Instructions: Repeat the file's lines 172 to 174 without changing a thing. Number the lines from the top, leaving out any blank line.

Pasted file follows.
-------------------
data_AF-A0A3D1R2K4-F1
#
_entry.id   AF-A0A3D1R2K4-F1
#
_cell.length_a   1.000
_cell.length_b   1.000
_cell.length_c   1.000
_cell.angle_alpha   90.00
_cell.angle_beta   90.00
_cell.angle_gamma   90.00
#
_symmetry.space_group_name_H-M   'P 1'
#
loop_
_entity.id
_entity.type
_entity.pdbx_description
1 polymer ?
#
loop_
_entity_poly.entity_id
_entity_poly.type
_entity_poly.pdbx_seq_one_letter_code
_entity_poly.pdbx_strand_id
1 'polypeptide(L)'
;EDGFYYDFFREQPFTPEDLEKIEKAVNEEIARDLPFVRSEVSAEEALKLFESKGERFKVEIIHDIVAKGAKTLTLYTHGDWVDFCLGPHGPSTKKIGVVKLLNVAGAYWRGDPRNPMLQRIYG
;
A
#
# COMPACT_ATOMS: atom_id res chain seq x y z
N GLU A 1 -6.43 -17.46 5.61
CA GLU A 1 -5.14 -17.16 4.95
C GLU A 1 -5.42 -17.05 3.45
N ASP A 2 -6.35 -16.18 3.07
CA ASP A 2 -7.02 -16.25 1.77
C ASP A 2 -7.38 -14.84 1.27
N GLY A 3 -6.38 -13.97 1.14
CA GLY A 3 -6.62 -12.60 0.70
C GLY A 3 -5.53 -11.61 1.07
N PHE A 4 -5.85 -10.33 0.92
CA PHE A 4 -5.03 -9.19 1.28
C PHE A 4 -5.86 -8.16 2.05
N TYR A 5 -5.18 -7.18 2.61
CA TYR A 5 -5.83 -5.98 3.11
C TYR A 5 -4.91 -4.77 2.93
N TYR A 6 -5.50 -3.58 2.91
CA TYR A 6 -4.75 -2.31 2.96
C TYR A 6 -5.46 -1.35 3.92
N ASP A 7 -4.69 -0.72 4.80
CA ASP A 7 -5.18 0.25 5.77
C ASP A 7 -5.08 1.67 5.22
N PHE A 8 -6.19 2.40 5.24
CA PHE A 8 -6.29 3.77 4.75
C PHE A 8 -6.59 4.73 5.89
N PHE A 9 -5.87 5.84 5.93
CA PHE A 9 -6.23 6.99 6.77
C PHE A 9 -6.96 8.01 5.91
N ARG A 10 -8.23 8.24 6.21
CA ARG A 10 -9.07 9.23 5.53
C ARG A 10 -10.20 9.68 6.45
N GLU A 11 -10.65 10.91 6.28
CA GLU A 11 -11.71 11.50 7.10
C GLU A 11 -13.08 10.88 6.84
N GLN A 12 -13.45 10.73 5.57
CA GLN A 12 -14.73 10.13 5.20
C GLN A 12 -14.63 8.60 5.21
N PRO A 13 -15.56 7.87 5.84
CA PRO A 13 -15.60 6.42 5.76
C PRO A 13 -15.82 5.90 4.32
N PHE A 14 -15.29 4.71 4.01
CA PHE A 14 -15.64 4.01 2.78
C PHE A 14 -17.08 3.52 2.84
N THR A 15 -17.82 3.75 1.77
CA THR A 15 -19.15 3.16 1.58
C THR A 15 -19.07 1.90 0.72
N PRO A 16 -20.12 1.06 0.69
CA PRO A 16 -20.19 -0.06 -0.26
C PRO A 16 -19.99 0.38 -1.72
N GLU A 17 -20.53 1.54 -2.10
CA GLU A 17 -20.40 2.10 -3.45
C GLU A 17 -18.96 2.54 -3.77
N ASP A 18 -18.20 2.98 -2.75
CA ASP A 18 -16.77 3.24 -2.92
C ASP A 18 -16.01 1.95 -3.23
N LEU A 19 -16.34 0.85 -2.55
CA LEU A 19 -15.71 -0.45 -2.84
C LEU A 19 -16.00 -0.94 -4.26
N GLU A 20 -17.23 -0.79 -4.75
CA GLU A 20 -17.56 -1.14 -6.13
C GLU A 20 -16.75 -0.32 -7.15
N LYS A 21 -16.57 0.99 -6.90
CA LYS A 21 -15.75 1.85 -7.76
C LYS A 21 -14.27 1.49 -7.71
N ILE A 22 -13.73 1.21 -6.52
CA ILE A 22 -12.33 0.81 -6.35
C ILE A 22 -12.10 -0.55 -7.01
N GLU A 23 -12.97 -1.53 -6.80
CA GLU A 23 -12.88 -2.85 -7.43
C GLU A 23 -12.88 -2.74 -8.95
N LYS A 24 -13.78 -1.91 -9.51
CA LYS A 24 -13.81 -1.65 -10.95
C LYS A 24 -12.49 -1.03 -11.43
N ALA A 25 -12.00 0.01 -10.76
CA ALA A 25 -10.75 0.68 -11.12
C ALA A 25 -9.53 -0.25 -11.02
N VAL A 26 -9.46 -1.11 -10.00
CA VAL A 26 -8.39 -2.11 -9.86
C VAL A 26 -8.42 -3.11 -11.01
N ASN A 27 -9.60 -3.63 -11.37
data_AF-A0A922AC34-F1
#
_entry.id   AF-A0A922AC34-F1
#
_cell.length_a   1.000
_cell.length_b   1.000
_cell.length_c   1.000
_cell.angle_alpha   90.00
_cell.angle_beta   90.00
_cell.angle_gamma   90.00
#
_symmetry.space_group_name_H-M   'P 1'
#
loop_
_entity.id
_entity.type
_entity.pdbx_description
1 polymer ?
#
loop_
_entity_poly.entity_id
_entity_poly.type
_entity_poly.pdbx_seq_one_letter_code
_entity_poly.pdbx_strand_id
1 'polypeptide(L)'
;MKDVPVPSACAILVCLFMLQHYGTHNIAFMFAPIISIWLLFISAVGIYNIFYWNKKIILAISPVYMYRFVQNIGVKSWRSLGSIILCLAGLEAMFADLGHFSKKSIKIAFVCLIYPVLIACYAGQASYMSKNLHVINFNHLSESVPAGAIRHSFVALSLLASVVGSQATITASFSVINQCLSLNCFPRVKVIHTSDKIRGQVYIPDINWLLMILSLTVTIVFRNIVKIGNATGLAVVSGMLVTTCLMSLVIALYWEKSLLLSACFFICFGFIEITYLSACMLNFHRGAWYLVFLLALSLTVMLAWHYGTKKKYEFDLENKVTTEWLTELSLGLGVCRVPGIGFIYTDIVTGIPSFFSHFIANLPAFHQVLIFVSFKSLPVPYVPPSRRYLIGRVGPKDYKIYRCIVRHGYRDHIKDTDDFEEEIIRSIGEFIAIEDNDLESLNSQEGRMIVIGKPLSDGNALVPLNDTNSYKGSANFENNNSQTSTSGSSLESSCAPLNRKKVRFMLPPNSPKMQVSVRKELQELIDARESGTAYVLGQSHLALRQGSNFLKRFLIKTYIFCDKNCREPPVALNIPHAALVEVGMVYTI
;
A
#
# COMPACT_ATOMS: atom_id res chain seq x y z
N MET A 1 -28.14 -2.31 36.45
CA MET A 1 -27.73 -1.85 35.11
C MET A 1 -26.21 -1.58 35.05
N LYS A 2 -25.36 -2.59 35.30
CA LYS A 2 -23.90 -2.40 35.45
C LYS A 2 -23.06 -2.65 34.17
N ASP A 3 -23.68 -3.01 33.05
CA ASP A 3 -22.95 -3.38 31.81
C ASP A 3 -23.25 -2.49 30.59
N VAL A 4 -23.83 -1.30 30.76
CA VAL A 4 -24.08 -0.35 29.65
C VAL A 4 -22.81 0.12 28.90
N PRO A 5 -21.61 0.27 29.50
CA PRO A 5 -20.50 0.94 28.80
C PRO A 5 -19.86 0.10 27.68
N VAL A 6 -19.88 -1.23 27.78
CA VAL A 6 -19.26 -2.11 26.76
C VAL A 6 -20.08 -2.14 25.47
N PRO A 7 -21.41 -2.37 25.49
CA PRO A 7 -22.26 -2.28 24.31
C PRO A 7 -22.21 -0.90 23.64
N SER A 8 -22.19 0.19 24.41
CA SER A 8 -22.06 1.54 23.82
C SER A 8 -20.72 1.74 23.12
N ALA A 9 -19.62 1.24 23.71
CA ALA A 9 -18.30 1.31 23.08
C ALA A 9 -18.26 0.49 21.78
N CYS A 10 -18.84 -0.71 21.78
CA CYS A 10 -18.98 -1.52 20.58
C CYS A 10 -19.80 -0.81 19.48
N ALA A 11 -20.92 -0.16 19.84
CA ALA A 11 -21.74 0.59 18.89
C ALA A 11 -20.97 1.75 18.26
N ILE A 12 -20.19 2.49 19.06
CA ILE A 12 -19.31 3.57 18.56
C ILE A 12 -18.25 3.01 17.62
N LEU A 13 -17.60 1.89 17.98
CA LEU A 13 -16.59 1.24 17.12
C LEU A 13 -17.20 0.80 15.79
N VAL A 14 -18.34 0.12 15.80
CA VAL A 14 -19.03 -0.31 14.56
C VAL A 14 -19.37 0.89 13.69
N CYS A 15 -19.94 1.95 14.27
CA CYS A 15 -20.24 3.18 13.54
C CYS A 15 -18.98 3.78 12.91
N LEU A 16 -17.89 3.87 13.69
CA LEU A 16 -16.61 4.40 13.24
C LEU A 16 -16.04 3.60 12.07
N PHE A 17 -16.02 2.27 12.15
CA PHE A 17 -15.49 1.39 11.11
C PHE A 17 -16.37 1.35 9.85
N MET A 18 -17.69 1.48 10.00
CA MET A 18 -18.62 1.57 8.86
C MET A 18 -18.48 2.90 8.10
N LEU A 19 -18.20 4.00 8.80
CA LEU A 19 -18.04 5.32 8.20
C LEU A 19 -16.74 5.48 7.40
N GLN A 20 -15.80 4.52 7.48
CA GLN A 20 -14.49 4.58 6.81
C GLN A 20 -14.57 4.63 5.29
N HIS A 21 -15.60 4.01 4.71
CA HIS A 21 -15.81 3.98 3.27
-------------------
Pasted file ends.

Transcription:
C ALA A 11 -20.97 1.75 18.26
N ILE A 12 -20.19 2.49 19.06
CA ILE A 12 -19.31 3.57 18.56